Barfield v. Settle, 209 F. Supp. 143 (W.D. Mo. 1962)
August 30, 1962
Dr. R. O. SETTLE, Warden, Medical Center for Federal Prisoners, Springfield, Missouri, Respondent.
United States District Court W. D. Missouri, W. D.
Calvin Woodrow Barfield, petitioner, pro se.
F. Russell Millin, U. S. Atty., by William A. Kitchen, Asst. U. S. Atty., Kansas City, Mo., for respondent.
BECKER, District Judge.
Calvin Woodrow Barfield, petitioner, has filed a petition for writ of habeas corpus wherein he alleges that he is being illegally held as a prisoner at the Medical Center for Federal Prisoners at Springfield, Missouri. An order to show cause was issued. A response and traverse have been filed.
The facts, as shown by the pleadings, are that on December 1, 1961, in the District of Kansas, petitioner was arrested and charged with violation of Title 18 U.S.C.A. § 2315. On or about December 12, 1961, petitioner was committed to the United States Medical Center, Springfield, Missouri, for mental observation and evaluation, pursuant to Title 18 U.S.C.A. § 4244. On March 14, 1962, the Honorable Arthur J. Stanley, Jr., United States District Judge for the District of Kansas, committed the petitioner to the custody of the United States Attorney General "under the provisions of 18 U.S.C.A. [§§] 4244 and 4246," finding that petitioner was then so mentally incompetent that he could not stand trial on the charges pending against him, that if released he would probably endanger the safety of officers, property or other interests of the United States, and that no suitable arrangements had *144 been made for the custody and care of the defendant by any agency of the state of his residence.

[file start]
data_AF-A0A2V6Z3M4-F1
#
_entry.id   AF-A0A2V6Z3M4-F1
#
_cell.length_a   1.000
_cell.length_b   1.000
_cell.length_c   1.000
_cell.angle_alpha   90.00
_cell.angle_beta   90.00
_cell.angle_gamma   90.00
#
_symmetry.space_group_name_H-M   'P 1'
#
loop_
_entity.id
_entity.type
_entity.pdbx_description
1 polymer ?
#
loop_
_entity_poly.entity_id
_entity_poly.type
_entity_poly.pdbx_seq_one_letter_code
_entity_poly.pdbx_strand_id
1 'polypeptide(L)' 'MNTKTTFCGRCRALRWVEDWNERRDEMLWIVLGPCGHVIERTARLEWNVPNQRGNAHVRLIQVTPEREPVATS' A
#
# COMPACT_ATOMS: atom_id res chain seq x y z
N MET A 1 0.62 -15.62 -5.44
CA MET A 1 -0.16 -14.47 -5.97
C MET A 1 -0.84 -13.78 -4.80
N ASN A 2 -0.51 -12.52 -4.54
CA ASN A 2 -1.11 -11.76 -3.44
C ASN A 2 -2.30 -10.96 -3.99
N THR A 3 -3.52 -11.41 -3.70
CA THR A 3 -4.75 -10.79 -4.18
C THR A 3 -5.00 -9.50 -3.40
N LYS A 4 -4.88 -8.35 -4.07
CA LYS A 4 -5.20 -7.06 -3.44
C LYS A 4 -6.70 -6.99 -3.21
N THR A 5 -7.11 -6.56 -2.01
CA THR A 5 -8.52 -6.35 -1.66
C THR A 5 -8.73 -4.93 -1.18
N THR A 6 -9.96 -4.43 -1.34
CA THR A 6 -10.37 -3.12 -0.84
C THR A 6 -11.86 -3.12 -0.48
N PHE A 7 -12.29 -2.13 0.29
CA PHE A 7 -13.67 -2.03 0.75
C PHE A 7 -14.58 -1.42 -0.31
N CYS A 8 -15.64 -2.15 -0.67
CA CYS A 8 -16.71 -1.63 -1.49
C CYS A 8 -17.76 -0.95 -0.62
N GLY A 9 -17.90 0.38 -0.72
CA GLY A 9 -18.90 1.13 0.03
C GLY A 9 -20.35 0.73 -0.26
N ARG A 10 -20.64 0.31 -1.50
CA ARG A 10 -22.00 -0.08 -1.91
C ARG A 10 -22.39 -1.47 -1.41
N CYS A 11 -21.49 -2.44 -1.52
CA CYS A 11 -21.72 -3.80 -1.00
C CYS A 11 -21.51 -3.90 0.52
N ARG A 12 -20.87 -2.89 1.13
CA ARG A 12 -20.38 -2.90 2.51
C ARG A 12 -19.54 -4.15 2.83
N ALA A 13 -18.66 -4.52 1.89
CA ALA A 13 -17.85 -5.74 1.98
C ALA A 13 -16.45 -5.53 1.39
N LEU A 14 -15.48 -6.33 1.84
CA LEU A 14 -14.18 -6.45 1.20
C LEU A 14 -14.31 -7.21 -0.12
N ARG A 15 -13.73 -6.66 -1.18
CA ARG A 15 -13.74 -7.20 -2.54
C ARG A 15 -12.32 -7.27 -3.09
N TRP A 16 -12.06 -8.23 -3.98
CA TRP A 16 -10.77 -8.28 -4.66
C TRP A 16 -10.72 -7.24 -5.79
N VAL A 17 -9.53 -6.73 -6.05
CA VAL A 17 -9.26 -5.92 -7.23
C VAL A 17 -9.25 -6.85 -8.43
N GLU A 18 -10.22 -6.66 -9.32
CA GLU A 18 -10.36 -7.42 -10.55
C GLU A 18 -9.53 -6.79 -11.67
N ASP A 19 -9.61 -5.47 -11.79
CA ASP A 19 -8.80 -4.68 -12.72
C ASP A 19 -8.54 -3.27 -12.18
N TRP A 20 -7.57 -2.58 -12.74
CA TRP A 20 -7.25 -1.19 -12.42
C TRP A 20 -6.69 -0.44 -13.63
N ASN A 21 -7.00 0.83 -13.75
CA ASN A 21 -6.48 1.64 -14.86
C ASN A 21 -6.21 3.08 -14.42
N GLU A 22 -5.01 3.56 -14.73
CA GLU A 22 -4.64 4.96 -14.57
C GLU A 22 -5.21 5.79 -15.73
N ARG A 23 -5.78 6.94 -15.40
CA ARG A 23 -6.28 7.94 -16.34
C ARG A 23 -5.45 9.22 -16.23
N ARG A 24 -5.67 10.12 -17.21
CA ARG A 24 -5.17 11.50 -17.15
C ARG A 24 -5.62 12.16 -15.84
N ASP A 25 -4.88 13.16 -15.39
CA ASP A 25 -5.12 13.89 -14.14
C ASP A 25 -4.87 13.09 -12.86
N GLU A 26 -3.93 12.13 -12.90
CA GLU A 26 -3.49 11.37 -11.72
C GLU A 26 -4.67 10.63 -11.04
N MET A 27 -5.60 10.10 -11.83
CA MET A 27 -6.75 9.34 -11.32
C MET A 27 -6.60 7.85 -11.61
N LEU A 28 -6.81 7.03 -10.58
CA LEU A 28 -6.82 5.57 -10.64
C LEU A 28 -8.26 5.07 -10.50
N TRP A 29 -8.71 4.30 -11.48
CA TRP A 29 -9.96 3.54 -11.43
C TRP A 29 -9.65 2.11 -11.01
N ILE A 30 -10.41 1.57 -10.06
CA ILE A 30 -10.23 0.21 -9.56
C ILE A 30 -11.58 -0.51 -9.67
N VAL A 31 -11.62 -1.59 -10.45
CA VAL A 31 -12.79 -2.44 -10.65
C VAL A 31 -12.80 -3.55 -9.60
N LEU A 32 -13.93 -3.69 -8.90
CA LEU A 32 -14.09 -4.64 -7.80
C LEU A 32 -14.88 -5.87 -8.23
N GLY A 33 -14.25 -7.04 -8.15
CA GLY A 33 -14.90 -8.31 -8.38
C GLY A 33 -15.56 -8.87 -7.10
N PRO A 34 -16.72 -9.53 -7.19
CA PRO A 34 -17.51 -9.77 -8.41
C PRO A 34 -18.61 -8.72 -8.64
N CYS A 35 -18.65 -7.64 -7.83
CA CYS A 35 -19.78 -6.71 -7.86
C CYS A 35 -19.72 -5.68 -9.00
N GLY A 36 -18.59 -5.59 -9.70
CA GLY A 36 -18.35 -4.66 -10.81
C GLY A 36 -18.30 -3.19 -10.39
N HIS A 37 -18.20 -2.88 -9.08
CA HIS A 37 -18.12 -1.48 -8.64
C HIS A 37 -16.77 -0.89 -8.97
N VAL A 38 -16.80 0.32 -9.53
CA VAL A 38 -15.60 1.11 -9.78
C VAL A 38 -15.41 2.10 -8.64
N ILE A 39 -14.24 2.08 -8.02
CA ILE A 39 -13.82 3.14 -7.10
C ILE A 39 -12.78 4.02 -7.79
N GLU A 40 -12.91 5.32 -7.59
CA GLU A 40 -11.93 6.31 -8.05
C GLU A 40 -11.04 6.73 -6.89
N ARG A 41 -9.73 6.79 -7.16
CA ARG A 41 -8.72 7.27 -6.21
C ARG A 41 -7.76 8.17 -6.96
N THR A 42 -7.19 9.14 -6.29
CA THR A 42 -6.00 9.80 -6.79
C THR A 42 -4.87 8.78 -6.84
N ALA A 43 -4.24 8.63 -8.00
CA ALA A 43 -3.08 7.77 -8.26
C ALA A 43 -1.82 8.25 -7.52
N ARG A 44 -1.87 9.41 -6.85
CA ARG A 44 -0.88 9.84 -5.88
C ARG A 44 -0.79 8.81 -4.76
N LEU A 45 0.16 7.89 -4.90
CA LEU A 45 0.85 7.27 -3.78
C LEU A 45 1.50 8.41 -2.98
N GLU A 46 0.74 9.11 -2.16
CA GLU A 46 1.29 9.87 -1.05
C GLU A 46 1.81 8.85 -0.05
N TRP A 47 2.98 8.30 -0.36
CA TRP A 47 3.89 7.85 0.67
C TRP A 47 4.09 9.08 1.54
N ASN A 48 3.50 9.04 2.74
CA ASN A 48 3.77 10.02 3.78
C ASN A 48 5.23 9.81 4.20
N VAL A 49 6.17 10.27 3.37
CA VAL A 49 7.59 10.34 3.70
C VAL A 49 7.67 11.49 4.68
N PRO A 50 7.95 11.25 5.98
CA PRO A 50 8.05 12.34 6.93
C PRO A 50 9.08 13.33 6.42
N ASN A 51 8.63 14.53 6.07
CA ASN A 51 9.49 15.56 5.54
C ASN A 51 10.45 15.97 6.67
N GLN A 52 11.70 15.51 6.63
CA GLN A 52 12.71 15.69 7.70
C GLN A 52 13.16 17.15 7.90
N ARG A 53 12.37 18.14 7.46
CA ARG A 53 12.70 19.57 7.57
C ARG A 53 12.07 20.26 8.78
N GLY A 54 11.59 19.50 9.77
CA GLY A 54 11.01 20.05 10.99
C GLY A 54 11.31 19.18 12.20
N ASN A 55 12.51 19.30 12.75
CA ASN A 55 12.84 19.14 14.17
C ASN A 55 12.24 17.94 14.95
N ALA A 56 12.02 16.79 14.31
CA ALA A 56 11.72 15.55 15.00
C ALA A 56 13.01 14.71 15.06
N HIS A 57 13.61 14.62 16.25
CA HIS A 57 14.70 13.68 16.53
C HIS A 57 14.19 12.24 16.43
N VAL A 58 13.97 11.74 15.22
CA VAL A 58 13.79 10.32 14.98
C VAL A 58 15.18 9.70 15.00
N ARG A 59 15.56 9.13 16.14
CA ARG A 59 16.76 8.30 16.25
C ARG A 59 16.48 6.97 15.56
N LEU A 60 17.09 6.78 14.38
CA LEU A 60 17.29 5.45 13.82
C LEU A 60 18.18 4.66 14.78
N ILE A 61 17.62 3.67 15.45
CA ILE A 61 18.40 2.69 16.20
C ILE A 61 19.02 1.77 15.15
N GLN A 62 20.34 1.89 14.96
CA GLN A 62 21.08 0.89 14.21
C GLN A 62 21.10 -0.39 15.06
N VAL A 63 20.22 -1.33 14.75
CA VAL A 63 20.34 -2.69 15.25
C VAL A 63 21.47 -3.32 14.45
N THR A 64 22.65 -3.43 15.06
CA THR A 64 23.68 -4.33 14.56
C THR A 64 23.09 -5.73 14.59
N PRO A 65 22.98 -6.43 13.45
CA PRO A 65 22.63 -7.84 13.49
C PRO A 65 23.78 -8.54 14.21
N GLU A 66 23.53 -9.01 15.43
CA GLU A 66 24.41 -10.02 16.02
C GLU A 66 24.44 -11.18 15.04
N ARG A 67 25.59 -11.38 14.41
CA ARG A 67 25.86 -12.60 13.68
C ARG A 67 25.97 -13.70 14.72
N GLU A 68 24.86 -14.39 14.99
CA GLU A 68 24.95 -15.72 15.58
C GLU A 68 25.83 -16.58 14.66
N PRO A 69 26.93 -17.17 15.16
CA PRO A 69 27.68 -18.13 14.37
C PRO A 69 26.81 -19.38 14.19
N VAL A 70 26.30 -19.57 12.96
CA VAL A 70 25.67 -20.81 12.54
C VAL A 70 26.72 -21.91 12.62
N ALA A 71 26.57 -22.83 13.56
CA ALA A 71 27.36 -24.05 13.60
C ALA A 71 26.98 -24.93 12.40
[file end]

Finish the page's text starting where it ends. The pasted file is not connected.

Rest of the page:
Petitioner alleges that he has been diagnosed as having a schizophrenic reaction, paranoid type; that he has had this condition continuously since at least 1956; and that this condition is a progressive, permanent, incurable type of mental illness.